What is a Micro-Frontend
A micro-frontend is a pattern of development taking the benefits of modern microservice architecture and applying that to the front end of a web application. Not so long-ago applications were giant monoliths combining front end, controllers, ETL, and data models. For obvious reasons, this turned into a nightmare for long-lived applications. Thankfully, as technology advanced these monolithic applications have started to break down and separate the front-end code from the back end.
This trend has continued with the advent of microservices and API gateways managing traffic, allowing developers to release code more readily without fear of impacting API’s and functionality that is not necessarily related to the change. That is the current start of development, but things are changing. Developers have started feeling the same pain that we felt in the past with releasing monolithic backend systems when building and deploying more and more complex front ends.
This has led to the advent of micro frontends. This architecture has allowed developers to build complex frontends without the long build times of the monolithic UI’s and without having to take down an entire site to do a release.
Why would you want to do this?
The reasoning behind the adoption of a micro-frontend architecture can, of course, vary based on the use case. One of the main reasons to adopt this pattern of development is to allow for the scaling of development in accordance with an increase in demand like how scaling currently works with micro-services.
Another reason to consider adopting a micro-frontend architecture is the build and release of your frontend application. With a monolithic approach to the frontend, to change any aspect of the frontend application you will need to compile, test, and release the entire thing. With large, complex applications this can take quite a long time. If you break the front-end application down into small functional pieces you can change, build, test, and deploy just that part of the application and not have to take down the entire frontend.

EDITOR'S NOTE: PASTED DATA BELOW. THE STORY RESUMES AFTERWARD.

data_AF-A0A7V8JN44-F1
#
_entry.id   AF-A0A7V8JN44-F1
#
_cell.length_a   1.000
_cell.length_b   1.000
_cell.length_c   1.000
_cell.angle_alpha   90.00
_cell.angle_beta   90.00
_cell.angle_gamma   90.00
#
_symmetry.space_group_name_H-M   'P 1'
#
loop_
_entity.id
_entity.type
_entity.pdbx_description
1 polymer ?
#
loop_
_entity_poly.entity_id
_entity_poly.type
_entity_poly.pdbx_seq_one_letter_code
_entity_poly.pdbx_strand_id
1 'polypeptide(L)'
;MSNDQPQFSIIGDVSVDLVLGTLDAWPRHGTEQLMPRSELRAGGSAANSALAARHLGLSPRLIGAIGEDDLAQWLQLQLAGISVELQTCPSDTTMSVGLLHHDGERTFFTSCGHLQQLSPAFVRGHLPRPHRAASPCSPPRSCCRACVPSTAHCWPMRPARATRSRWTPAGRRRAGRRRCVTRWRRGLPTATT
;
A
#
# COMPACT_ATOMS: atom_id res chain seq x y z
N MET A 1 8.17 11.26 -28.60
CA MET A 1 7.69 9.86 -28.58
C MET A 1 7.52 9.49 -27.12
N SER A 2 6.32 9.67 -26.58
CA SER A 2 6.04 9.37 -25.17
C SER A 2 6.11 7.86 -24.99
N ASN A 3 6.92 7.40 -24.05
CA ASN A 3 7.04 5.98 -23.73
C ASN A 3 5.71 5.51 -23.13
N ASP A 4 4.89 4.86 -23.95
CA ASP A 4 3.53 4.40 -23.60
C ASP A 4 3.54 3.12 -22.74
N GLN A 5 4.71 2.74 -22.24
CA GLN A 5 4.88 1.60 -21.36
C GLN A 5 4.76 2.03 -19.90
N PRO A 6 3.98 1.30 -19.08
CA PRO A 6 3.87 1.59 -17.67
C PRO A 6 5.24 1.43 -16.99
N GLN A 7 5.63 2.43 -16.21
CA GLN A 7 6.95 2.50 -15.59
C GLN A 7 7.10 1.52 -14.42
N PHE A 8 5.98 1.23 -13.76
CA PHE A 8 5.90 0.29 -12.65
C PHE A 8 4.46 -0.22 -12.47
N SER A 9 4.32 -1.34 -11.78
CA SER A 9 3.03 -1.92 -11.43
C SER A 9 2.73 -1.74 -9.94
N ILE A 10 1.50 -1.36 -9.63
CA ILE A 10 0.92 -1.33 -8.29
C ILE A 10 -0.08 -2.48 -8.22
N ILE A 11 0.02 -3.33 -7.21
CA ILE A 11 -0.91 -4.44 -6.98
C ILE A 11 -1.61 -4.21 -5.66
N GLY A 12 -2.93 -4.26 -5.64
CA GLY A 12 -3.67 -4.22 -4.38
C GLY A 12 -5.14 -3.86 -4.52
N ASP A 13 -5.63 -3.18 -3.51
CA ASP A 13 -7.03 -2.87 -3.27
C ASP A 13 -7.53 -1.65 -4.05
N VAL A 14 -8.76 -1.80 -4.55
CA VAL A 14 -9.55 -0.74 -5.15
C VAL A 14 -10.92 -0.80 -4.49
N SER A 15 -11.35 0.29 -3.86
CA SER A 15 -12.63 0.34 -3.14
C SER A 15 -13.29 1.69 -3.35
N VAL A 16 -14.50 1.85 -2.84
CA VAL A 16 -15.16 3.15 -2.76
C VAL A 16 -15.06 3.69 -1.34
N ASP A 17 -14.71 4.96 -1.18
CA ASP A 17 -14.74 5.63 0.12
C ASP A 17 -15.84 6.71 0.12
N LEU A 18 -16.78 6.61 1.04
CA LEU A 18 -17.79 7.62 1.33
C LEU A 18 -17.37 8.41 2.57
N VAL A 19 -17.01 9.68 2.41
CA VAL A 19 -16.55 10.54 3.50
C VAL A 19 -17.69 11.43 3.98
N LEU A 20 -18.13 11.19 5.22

How do you break down a UI
There are multiple ways to break down a UI into smaller frontends. I will address three in this post, by domain, by section, and by page. When separating a web application by domain, you need to focus on architecting your application in such a way that each functionality team has complete control over its vertical stack. (see picture below).
This design model gives teams anonymity from one another, if the Customer team wants to change their backend code from .Net to Go they can do that with no impact on consuming teams Recommendations or Sales. While this pattern may have some real drawing power in the anonymity of each team from one another with their own architecture and tech decisions, this way of designing a web application can be very complex and difficult to expand on later.
The second way I’ll discuss is by section. When we look at breaking an application down by section we are doing something like below, where each piece; header, body, nav, and footer, of the site is its own app.
Breaking down the application in this manner allows for easier architecture and integration of the applications.
The final way I’ll mention you can break down a web application is by page.
The benefit of this manner of breaking a web application is that each page can be released and managed through its own pipeline, but the major drawback to this type of pattern is maintaining a consistent theme and user experience.
What are the drawbacks?